This reminded me an awful lot of the old Bookwalter Bookmark that we offered way back in 2011. That one was seriously well-loved among our list members. But unlike Bookmark, which was non-vintage (which really of course means multi-vintage), this Subplot comes entirely from the wonderful 2012 vintage. I’ll let John introduce the Subplot label: “The number on the bottle represents how many non-vintage and vintage table wines we have produced since 1983. Each lot of wine that we select for Subplot is carefully chosen each year after we have made our final blends for our top tier wines. We attempt to create a flavorful, full bodied yet approachable wine by layering multiple vineyards and varietals in these unique blends. The combination of press wine from our oldest vineyards and free run wine from our young vines results in a wine that offers fruit, structure, approachability and exceptional value.”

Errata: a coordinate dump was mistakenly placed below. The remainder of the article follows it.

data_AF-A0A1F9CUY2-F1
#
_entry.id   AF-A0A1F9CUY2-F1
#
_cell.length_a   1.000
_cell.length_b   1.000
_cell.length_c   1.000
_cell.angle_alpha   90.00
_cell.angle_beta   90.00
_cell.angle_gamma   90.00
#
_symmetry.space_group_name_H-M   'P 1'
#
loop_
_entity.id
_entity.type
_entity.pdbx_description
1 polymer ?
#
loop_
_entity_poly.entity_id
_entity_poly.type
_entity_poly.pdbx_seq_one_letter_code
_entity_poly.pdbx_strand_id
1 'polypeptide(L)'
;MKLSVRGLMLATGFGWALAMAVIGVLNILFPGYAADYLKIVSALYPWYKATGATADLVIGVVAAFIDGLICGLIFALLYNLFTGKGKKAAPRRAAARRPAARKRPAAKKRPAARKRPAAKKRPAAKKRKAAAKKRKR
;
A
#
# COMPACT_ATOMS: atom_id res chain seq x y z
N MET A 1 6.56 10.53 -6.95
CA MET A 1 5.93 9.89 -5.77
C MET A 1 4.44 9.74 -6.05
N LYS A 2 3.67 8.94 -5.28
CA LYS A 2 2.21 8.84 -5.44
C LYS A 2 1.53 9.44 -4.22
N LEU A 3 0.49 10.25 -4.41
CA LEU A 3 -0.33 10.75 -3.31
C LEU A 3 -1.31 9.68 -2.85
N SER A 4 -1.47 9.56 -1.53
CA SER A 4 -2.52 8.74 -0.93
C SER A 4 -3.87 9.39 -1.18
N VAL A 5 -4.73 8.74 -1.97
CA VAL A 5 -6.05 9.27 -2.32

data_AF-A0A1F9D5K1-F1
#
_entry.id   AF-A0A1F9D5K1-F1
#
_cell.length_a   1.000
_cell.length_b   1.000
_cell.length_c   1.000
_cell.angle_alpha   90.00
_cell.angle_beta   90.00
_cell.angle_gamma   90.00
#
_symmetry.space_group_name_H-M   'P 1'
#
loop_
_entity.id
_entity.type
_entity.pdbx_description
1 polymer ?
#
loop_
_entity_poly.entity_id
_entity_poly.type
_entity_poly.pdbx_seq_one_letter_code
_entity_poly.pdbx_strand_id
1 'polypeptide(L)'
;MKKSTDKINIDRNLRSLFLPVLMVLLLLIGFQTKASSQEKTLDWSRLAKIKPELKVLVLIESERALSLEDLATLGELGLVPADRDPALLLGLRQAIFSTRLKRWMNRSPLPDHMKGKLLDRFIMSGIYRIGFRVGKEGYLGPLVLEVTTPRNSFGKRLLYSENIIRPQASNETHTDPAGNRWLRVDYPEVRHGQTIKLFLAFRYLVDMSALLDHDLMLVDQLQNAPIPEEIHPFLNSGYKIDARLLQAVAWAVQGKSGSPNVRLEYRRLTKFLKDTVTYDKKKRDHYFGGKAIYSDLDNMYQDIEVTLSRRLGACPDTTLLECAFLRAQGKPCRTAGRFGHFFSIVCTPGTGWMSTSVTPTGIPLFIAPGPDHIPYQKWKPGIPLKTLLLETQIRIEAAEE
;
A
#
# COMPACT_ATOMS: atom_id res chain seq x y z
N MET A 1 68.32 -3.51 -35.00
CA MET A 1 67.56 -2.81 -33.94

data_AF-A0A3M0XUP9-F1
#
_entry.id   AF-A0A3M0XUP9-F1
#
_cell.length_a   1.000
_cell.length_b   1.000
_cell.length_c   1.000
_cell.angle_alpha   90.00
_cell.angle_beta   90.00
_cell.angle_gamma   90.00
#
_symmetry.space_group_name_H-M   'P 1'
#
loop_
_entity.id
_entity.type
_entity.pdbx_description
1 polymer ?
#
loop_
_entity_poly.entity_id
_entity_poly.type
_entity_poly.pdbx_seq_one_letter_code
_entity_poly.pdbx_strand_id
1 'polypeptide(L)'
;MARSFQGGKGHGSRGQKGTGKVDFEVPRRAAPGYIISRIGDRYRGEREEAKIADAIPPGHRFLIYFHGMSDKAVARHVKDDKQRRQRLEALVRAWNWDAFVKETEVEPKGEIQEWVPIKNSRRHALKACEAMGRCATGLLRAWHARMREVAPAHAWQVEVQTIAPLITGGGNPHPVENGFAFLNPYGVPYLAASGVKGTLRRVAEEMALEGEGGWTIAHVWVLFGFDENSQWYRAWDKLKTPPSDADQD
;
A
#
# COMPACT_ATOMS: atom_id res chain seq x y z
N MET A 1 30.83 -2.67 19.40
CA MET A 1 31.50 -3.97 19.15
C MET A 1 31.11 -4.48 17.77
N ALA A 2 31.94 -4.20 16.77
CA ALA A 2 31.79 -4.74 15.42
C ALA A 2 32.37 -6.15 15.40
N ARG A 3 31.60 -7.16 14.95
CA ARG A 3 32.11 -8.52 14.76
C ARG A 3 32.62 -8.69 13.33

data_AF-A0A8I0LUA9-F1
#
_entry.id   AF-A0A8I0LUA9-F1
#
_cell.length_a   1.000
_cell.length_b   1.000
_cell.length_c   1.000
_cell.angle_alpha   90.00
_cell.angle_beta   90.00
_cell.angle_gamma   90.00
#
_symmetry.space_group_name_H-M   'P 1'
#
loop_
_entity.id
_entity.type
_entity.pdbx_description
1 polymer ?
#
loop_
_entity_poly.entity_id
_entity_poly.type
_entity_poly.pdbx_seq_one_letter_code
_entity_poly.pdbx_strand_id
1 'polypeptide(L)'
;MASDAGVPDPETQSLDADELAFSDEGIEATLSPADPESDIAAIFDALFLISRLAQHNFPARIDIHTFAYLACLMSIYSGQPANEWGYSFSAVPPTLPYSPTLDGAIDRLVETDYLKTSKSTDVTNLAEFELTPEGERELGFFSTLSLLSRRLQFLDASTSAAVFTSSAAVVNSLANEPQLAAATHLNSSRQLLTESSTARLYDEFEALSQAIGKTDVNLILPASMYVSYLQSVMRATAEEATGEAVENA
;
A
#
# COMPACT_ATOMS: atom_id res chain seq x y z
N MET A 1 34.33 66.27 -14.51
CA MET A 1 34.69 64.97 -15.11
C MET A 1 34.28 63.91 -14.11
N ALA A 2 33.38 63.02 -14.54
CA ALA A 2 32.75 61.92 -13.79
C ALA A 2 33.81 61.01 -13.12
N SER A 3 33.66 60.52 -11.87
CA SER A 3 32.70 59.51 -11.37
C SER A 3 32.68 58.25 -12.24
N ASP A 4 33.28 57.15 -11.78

The blend in 2012 is nearly half (48%) Cabernet Sauvignon, rounded out with 32% Merlot, 11% Syrah, 5% Cabernet Franc, and 4% Malbec. The winery doesn’t reveal the vineyard sources, but the fruit quality seems outstanding here. Listed alc is 14.8%, and it begins with a nose of black cherry fruit married to barrel notes of smoke, toast, and coffee bean. The palate is plush, rich, a mouthful of dark fruit swaddled in barrel tones. The 2012 vintage is so successful across so many price points, and this is a prime example, offering terrific stuffing and charm. Supple and delicious, creamy in texture, it offers a remarkable lack of rough edges for the tag and would make a fine weeknight house wine for those so inclined.
Conner Lee Vineyard forms the backbone of Bookwalter’s Foreshadow Cabernet, making up about half of the vineyard mix, the remainder from five vineyards scattered across the greater Columbia (Dionysus, Rosebud) and Yakima (Elephant Mtn) Valleys, Red Mountain (Red Mtn Vineyard), and the Horse Heaven Hills (Destiny Ridge). It was aged for just shy of two years in a combination of new, once-used, and twice-used French oak barrels.